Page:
U.S. stocks wobbled in early trading, as elevated energy prices exacerbated concerns about inflation, and lingering worries about China’s property sector weighed on sentiment.
The Dow Jones Industrial Average remained relatively flat. The S&P 500 declined less than 0.1%, dragged down by financials and communications. The tech-heavy Nasdaq also lost 0.1%.
Stock indexes have been dragged lower in choppy trading in recent weeks. Investors are contending with an energy crunch that threatens to add to inflationary pressures just as signs emerge that global economic growth is slowing.
Concerns about China’s struggling real-estate sector continued. Two board members of embattled developer Fantasia resigned, days after the company failed to make a $206 million bond payment. Its troubles add to worries that China’s property sector difficulties extend beyond Evergrande, whose failure to meet its debt payments raised concerns about a fresh drag on the world’s second-biggest economy.
Oil prices edged lower in volatile trading Tuesday, but held near multiyear highs. West Texas Intermediate, the U.S. oil benchmark, ticked up 0.1% to $80.59 a barrel, after earlier hitting a fresh seven-year high. Brent crude, the international benchmark, hovered with the flatline, most recently 0.2% higher to $83.78 a barrel. Crude prices have been on an extended climb in recent weeks amid a world-wide shortage of natural gas.
MGM Resorts International rose more than 6% after Credit Suisse more than doubled its price target for the company. Other entertainment stocks also rallied: Caesars Entertainment Inc. climbed and Las Vegas Sand Corp. both added more than 2%.
Investors are looking to the third-quarter earnings season, which begins this week, for clues on how companies are faring with price increases. Some of the U.S.’s biggest financial firms, including JPMorgan Chase and BlackRock, are set to kick off the reporting season Wednesday.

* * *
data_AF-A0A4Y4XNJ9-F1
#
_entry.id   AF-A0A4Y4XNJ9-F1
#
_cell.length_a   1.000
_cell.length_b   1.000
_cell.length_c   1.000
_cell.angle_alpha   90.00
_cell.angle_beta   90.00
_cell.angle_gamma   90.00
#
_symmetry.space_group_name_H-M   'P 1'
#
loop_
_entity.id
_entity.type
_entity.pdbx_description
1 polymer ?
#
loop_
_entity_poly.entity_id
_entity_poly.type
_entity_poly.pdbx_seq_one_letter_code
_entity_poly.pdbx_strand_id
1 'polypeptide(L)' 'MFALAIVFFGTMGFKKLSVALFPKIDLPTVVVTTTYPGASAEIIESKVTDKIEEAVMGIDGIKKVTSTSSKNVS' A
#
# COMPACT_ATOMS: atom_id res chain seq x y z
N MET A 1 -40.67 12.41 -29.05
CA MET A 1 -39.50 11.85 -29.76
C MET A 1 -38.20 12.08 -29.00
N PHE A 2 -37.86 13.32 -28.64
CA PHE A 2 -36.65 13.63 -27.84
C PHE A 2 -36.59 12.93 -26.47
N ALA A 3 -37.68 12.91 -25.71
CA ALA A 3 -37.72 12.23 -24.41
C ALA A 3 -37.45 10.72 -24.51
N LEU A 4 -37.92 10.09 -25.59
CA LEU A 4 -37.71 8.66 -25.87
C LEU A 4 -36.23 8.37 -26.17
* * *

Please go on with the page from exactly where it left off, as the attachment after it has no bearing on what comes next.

“The main topic will be inflation, there is some real concern about a winter of discontent,” said Brian O’Reilly, head of market strategy for Mediolanum International Funds. “We could see some volatility if companies don’t get their communications right on their cost pressures.”
U.S. data on job openings and labor turnover for August dropped to 10.4 million, missing forecasts of 10.9 million. Meanwhile, the International Monetary Fund lowered its growth forecast for the world economy for this year, citing supply-chain disruptions in rich economies and global-health concerns caused by the spread of the contagious Covid-19 Delta variant.
The yield on the benchmark 10-Year U.S. Treasury note was little changed at 1.593%. Yields, which rise when bond prices fall, have been on an upward trajectory since the Federal Reserve strongly signaled last month it could start tapering its bond purchases as soon as November.
Overseas, the pan-continental Stoxx Europe 600 index was little changed. In Asia, stock markets were broadly lower. In Japan, the Nikkei 225 lost 0.9%, while in Hong Kong, the Hang Seng Index fell 1.4%. In mainland China, the Shanghai Composite Index fell 1.2%.
—Hardika Singh contributed to this article.
Write to Will Horner at email@example.com
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